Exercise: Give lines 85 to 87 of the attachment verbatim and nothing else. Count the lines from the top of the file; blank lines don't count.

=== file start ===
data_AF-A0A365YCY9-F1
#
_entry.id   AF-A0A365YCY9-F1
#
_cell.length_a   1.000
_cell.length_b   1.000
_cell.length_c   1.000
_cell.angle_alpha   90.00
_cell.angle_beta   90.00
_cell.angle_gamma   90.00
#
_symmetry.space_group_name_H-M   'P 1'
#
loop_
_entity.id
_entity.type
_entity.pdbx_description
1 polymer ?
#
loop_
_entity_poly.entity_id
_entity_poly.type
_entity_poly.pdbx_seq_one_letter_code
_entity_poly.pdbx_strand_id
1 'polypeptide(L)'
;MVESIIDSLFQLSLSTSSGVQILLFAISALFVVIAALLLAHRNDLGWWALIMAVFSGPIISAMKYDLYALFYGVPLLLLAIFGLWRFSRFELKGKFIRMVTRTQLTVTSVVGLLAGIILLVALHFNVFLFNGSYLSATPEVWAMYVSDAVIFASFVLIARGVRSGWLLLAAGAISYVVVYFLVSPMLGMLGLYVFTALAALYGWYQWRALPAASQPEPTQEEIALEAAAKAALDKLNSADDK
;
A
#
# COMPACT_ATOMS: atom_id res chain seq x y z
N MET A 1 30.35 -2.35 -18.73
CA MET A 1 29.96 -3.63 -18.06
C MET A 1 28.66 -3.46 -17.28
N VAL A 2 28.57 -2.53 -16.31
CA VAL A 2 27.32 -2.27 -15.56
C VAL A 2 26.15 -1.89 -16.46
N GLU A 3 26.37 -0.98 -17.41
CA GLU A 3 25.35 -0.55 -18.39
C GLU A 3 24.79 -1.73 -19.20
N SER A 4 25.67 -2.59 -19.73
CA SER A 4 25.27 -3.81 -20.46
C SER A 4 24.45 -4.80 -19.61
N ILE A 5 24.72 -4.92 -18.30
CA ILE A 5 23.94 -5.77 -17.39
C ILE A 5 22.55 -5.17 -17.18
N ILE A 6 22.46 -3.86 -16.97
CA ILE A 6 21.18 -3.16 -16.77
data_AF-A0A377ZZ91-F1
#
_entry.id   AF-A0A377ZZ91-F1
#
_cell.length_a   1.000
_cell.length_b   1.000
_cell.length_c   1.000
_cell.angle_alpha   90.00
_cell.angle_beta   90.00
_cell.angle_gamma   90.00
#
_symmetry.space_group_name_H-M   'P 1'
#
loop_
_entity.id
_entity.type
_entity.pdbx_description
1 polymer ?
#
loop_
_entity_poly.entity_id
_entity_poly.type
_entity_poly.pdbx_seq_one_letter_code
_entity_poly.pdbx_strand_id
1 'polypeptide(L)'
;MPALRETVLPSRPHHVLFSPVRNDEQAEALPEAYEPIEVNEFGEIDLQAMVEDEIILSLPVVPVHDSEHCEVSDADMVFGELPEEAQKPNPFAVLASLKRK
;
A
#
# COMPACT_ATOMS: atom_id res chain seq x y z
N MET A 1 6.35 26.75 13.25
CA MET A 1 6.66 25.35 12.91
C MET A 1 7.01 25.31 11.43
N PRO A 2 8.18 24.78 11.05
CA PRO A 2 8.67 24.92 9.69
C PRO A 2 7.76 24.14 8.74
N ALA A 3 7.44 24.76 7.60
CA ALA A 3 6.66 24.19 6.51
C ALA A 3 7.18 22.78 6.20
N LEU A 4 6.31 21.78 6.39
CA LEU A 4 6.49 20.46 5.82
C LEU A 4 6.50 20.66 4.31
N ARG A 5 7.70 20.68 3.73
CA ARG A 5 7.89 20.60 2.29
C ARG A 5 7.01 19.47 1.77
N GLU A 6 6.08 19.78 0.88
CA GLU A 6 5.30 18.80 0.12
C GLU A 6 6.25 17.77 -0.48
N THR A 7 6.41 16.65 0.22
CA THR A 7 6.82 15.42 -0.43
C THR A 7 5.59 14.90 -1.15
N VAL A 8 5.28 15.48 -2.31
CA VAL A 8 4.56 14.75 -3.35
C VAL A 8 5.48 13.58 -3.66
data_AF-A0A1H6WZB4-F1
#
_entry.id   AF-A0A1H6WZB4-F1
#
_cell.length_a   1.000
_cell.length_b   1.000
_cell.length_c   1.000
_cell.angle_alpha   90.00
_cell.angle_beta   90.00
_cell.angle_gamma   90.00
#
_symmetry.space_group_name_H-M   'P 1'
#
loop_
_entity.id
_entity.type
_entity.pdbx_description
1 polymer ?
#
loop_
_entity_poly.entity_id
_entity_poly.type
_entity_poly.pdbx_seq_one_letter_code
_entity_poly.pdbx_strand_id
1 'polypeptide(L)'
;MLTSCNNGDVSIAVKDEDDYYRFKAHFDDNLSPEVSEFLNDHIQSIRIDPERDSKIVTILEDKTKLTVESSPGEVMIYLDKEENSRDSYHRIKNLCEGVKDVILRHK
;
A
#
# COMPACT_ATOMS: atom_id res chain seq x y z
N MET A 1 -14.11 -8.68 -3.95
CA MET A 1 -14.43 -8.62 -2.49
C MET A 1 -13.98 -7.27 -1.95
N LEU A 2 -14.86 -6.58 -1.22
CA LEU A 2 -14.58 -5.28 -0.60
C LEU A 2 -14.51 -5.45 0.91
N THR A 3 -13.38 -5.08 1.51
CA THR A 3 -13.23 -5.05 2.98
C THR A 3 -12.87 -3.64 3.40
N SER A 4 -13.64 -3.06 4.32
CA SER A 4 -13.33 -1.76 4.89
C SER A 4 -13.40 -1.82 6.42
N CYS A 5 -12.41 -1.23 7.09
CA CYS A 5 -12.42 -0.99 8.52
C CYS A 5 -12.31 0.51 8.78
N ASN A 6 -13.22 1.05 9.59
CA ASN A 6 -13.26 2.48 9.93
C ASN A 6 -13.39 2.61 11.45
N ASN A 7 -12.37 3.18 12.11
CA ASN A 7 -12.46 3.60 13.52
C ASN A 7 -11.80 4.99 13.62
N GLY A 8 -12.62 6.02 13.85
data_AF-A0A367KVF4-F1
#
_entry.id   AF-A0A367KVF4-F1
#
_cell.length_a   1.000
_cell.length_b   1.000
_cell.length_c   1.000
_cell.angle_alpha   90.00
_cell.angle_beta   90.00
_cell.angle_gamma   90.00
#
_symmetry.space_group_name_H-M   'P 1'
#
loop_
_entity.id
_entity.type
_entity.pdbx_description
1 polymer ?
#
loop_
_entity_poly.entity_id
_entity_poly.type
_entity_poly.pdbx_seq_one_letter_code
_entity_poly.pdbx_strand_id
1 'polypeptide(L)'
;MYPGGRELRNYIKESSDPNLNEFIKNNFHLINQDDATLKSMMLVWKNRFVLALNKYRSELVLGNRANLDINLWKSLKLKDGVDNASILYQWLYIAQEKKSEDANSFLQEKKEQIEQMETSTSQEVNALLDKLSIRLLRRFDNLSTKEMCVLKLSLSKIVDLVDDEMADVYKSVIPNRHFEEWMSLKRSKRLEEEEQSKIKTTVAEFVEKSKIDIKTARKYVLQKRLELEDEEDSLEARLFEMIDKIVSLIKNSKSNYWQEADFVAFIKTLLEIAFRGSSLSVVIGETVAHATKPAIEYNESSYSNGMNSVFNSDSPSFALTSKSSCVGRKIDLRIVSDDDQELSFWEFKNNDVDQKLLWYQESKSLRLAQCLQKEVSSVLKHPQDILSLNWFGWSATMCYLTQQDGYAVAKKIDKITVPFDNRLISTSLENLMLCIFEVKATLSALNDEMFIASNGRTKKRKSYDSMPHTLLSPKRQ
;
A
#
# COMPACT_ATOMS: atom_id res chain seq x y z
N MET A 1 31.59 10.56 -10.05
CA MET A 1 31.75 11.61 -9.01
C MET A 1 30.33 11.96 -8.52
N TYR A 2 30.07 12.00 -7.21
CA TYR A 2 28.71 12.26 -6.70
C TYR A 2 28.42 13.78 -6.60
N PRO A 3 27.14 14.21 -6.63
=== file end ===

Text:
CA ALA A 3 6.66 24.19 6.51
C ALA A 3 7.18 22.78 6.20
N LEU A 4 6.31 21.78 6.39